Among the many inequities in pop culture is this glaring annoyance: a film such as Stand By Me is lauded and praised for its sepia-toned illusion-shattering but lesson-learning portrayal of the child-teen brink. Now and Then, on the other hand, while plenty loved by many women I know, gets written off as a "chick flick." Don't get me wrong, I love Stand By Me. However, Now and Then not only has many similar elements--sexual confusion, broken families, and a supernatural element, related largely in flashback form--but is just as well-acted and affecting without being manipulative. Only it's about chicks, so it's not seen as universal. Bull. Shit.
The plot is simple and straightforward: four far-flung childhood pals reunite in their old Indiana suburb and recall an eventful summer of their youth. Samantha (Moore/Hoffmann), now a hardboiled sci-fi writer, remembers her parents' divorce, a neighborhood first. Roberta (O'Donnell/Ricci), a sardonic doctor, was then a tough tomboy who taped down her tits while secretly mourning her mother's death. Teeny (Griffith/Birch), now a sexpot actress, stuffed her chest with pudding-filled balloons and watched drive-in movies from her rooftop. And Chrissy (Wilson/Aston Moore), an expectant mom, was intolerant of naughty words and obsessed with gardening, thanks to a metaphor-heavy sex talk from her well-meaning but misguided mother. In the summer of 1970, they are twelve years old and have two goals: raise money for a fantastic treehouse (essentially a room of their own), and solve the mystery of a long-ago local death involving a boy their age known only as Dear Johnny. All set to a background of pastels and love beads, and a groovy 70's soundtrack featuring not one but two Jackson 5 songs (yay!).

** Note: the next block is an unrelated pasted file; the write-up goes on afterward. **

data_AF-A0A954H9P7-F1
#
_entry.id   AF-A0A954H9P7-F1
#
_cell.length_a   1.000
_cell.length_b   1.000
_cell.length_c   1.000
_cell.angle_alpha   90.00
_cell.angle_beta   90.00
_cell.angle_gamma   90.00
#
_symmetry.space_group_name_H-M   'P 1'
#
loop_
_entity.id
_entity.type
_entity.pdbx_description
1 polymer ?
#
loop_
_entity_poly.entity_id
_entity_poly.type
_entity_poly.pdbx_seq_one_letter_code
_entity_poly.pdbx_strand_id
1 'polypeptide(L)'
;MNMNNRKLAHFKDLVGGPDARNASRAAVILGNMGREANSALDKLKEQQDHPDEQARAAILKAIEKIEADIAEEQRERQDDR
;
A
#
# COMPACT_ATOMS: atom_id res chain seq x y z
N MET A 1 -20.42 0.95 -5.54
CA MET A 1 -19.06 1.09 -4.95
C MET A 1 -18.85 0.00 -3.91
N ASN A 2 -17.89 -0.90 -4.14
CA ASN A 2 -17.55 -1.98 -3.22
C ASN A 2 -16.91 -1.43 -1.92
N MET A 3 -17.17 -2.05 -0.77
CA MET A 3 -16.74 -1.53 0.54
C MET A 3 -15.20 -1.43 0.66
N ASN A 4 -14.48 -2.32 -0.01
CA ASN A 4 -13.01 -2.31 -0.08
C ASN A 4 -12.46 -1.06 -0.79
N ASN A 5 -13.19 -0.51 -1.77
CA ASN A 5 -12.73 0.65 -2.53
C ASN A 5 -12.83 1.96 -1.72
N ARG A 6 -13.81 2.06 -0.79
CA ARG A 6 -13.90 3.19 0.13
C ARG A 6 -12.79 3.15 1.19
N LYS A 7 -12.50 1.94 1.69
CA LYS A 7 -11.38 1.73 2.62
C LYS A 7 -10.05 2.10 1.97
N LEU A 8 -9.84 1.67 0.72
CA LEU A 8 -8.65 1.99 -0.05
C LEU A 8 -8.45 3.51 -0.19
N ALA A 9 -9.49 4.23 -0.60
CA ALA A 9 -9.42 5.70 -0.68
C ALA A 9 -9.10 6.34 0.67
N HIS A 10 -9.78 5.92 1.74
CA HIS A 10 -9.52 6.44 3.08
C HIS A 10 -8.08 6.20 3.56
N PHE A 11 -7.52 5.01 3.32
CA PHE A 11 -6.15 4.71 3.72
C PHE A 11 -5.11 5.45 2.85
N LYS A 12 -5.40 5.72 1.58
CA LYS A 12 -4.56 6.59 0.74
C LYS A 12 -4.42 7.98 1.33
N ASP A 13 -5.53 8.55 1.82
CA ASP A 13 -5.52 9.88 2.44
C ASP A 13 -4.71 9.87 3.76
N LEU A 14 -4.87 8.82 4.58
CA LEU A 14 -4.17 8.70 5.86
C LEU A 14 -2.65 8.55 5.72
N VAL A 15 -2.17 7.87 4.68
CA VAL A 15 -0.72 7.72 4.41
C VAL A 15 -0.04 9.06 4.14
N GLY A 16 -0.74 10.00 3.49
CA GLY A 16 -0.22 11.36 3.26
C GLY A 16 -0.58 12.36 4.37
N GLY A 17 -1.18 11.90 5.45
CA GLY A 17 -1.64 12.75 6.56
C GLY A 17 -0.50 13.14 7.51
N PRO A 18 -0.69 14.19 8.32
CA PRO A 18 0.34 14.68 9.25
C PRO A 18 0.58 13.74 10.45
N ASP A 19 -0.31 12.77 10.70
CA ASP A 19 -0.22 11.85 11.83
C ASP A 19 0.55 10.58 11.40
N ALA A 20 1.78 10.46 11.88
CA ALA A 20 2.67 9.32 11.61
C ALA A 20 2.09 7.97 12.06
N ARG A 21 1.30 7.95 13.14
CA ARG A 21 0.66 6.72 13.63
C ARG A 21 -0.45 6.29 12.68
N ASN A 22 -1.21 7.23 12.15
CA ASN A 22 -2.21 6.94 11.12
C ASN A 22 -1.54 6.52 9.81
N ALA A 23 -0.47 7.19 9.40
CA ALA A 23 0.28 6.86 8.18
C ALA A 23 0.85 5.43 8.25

Most people use the term "tearjerker" to describe an emotional film. I prefer "noseprickler." As in, my nose gets all prickly the way it does before I get all choked up. Now and Then has plenty of noseprickling moments. After all, Roberta and Samantha are dealing with absent parents, carefully choosing what they do and don't reveal to their friends. All four girls encounter lost souls such as a Purple Heart winner-turned-drifter (Brendan Fraser) and a lonely old man who's not as creepy as he seems, both of which alter their worldviews in ways that aren't always welcome. Samantha in particular learns that "things happen beyond our control, but that's no reason to shut out the world"--revealing as an adult that it's taken her decades to fully process that advice. And at the conclusion of the summer, the girls have met both their summer goals, but with very different results than they planned: mainly, the inevitability of their growing apart.